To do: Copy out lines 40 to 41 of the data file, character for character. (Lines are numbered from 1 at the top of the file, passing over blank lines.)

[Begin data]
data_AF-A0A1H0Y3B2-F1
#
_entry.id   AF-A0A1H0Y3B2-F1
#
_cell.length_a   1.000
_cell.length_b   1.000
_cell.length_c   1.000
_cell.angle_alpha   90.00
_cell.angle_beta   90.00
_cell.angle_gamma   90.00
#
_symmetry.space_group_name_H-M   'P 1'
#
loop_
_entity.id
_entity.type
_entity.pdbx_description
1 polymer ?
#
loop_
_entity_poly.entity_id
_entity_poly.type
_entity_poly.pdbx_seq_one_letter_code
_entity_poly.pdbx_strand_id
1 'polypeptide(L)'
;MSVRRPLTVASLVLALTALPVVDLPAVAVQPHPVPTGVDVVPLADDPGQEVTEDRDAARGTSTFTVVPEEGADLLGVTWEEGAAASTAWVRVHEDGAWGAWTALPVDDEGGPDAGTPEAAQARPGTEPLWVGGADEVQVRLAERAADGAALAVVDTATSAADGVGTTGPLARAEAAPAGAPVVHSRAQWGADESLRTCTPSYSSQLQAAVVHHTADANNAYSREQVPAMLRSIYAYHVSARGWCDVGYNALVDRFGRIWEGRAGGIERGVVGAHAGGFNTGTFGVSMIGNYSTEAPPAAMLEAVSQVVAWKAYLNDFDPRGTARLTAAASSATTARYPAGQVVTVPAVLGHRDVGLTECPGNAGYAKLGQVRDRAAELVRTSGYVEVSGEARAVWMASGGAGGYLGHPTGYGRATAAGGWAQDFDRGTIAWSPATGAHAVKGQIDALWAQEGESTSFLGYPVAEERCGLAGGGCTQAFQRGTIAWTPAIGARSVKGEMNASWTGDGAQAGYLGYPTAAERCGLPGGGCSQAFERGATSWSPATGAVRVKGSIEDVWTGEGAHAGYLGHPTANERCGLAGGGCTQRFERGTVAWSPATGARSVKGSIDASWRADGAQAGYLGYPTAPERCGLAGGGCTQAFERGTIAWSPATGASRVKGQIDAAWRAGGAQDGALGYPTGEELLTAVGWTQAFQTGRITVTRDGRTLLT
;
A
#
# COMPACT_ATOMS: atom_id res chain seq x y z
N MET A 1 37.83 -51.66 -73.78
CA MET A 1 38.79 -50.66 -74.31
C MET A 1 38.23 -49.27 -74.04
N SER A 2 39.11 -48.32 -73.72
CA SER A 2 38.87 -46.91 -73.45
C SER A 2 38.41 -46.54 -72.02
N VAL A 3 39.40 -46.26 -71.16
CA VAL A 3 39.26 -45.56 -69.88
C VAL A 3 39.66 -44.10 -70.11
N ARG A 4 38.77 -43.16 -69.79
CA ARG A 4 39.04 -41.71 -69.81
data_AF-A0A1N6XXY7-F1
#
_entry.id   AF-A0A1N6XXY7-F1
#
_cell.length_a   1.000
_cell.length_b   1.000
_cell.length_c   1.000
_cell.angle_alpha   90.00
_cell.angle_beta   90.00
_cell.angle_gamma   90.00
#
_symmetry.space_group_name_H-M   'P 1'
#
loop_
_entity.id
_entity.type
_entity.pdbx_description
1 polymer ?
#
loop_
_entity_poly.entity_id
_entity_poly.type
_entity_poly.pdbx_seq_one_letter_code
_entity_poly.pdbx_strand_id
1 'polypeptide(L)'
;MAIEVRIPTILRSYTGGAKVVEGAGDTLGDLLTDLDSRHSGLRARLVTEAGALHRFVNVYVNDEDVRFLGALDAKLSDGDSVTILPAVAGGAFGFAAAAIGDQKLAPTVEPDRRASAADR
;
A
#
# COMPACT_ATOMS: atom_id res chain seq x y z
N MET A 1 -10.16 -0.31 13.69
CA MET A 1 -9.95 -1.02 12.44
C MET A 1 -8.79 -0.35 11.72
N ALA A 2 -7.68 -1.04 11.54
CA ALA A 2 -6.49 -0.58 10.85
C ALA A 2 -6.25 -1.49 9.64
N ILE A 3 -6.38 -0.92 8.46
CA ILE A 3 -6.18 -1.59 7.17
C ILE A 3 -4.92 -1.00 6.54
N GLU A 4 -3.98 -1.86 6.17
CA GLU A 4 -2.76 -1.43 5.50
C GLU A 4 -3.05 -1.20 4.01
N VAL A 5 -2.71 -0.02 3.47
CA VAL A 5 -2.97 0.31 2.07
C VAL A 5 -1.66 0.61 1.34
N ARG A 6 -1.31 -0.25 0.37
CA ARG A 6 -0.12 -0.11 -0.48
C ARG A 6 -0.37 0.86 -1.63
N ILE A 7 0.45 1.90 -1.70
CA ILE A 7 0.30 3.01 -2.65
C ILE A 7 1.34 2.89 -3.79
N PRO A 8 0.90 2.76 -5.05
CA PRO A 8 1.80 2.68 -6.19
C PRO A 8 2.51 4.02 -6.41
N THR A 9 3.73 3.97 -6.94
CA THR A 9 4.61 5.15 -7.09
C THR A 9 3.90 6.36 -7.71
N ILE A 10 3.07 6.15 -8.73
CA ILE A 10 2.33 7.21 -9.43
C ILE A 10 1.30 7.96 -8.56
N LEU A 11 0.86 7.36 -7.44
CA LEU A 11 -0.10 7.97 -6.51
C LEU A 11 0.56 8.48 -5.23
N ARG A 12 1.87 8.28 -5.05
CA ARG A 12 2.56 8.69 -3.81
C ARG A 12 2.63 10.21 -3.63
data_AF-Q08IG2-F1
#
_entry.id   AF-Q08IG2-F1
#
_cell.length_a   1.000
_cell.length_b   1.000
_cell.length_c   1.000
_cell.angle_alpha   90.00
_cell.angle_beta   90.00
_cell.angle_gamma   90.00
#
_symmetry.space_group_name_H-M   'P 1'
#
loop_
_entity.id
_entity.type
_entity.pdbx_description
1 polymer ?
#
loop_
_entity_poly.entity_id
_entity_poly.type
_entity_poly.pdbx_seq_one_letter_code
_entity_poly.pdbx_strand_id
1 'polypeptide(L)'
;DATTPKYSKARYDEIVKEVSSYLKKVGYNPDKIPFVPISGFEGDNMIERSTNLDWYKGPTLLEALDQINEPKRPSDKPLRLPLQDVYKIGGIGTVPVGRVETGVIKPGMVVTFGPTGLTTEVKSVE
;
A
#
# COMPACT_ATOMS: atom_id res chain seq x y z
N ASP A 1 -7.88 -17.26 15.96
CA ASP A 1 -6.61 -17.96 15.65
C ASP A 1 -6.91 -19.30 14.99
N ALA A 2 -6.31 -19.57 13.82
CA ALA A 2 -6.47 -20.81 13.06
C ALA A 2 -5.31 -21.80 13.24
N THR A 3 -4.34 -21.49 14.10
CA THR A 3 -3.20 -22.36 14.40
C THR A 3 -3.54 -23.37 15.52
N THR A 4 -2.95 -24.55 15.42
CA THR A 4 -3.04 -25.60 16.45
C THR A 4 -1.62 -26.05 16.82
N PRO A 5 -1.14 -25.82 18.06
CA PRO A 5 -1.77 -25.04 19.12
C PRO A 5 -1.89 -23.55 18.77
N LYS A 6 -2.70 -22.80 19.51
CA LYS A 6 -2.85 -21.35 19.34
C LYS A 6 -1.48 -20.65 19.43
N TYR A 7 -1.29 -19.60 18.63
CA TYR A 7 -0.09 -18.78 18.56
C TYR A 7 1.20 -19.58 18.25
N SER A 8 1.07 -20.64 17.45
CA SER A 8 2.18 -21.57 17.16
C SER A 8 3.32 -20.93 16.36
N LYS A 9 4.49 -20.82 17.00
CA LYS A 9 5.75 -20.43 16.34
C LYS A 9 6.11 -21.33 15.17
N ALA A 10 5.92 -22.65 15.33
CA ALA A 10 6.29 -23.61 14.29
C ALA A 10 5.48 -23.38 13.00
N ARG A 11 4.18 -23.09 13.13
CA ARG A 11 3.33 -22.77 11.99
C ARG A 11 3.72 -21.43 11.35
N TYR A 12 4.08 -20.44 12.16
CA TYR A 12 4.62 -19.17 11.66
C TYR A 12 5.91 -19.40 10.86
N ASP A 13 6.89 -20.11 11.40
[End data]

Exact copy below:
N ARG A 4 38.77 -43.16 -69.79
CA ARG A 4 39.04 -41.71 -69.81